Cal State trustees grapple with boosting graduation rates and enrollment
About 31,000 fully qualified students were turned away from California State University for the fall term because their desired school was at capacity, administrators told trustees during a meeting Tuesday as they discussed budget challenges and new directives to increase enrollment at the largest public university system in the nation.
Although Cal State has made room for an additional 30,000 students since 2013, administrators said, the number of eligible applications continues to outpace the amount of funding provided by the state. After months of lobbying by faculty, students and staff, Gov. Jerry Brown last month signed off on a $20-million boost dedicated to increasing enrollment by about 3,000 students across the 23-campus system.
The number of qualified students seeking a spot at Cal State is expected to grow in the years ahead — particularly as the state’s community colleges embark on an effort to help more transfer into the university system. Officials are grappling with how to enroll every Californian who wants a shot at higher education — all while juggling efforts to double the Cal State system’s four-year graduation rate to 40% by 2025, faculty salary demands and a number of other priorities.
“If you have too many first priorities, you end up having no priorities,” Chancellor Timothy P. White said during the meeting in Long Beach.
Although the $3.4 billion in taxpayer funds earmarked this year for the system was more than what Brown initially proposed, it was not enough to reverse a controversial tuition increase and take on certain needs such as upgrading aging buildings and labs.
The state’s 2017-18 budget gave Cal State an additional $177.2 million in recurring annual funds — $20 million more than earlier proposals. Brown also approved a one-time, $20-million expenditure for efforts to increase graduation rates, as well as to address student hunger and fund equal employment opportunity programs.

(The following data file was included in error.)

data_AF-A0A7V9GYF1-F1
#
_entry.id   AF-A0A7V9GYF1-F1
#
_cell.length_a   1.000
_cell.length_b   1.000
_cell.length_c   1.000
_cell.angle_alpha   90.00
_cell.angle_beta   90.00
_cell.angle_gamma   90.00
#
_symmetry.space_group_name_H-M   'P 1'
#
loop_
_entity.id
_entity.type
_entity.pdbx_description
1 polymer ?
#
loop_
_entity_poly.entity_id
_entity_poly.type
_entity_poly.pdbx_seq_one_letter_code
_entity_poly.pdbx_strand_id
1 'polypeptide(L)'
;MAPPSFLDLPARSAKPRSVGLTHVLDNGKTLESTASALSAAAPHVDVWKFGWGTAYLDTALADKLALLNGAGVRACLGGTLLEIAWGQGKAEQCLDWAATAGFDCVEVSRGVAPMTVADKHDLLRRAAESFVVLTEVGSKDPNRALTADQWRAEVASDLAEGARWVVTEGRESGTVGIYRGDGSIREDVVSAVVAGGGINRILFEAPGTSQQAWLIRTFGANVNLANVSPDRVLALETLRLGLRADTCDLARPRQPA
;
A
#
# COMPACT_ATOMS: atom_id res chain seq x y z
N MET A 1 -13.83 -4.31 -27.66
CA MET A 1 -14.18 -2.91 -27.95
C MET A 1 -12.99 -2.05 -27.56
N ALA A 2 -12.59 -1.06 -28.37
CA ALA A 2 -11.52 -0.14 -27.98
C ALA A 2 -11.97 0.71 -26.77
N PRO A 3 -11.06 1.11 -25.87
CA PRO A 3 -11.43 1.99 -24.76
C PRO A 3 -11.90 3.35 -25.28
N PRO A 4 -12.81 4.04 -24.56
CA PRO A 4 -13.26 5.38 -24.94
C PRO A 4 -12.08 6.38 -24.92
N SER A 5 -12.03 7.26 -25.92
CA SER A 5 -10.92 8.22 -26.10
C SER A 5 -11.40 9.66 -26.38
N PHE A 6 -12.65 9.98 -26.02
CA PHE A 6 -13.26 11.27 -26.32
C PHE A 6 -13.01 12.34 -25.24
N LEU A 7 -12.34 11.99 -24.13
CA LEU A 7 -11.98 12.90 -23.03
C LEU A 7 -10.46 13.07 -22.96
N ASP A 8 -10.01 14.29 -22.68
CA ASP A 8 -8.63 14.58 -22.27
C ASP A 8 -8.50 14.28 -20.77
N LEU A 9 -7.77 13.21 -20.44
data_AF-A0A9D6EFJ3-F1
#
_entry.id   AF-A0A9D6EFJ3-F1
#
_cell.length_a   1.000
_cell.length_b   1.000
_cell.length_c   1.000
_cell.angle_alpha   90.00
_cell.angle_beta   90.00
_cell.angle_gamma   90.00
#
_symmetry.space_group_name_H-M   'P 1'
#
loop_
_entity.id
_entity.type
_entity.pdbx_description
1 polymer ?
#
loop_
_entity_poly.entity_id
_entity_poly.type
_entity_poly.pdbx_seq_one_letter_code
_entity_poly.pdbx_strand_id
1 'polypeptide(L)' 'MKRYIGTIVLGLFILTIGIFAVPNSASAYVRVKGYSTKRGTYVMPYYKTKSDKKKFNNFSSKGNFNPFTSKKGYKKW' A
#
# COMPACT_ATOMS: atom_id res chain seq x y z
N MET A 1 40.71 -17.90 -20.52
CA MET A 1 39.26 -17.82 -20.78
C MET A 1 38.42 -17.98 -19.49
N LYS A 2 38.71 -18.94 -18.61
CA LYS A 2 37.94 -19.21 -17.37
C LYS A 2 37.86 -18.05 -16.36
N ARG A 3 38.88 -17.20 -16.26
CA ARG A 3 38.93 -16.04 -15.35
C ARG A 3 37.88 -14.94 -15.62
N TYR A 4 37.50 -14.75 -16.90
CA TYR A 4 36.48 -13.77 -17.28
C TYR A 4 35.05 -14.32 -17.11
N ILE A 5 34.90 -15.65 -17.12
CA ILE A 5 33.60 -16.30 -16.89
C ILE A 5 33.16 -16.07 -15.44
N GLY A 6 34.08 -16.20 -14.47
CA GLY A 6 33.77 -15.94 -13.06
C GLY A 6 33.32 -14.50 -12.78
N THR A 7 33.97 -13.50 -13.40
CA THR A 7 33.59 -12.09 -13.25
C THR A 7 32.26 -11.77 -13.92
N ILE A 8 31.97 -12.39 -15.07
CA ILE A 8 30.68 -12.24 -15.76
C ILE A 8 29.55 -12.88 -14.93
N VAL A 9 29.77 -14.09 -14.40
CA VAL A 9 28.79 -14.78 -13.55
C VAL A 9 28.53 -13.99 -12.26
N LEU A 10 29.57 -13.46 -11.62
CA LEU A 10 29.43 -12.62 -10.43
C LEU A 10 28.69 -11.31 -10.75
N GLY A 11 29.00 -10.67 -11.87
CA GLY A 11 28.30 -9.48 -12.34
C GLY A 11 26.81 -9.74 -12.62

The funding boost for this fiscal year, which began July 1, amounted to about half of the additional money trustees had estimated was necessary to meet their budget needs. Revenue from the tuition increase will help cover some of the remaining budget gap.
According to policy directives included in Brown’s budget, university officials have until May to develop a policy for redirecting rejected but qualified applicants to less-crowded campuses.
Officials also have to approve a policy that requires Cal State schools to give local students priority admission for impacted programs — undergraduate majors and programs with higher demand than campus resources are able to support. At Cal State L.A., for example, impacted programs include biology, criminal justice, psychology and social work.
The challenge with enrolling more students, officials said, is having enough faculty, staff and other resources to accommodate their needs while also supporting ongoing efforts to help more of the system’s current 479,000 students graduate on time.
Administrators and staff have been working on basic student needs, such as housing and food security, as well as mental health services, academic support and extracurricular programs that help ensure a sense of belonging on campus. The trustees agreed that finding ways for students to connect meaningfully with a faculty member, a club or other student group makes a huge difference in motivating them to continue their studies.
“The challenge is making sure that the resources are there to provide support for both the graduation initiative and for access to new students,” said Eric Forbes, assistant vice chancellor for student academic support.
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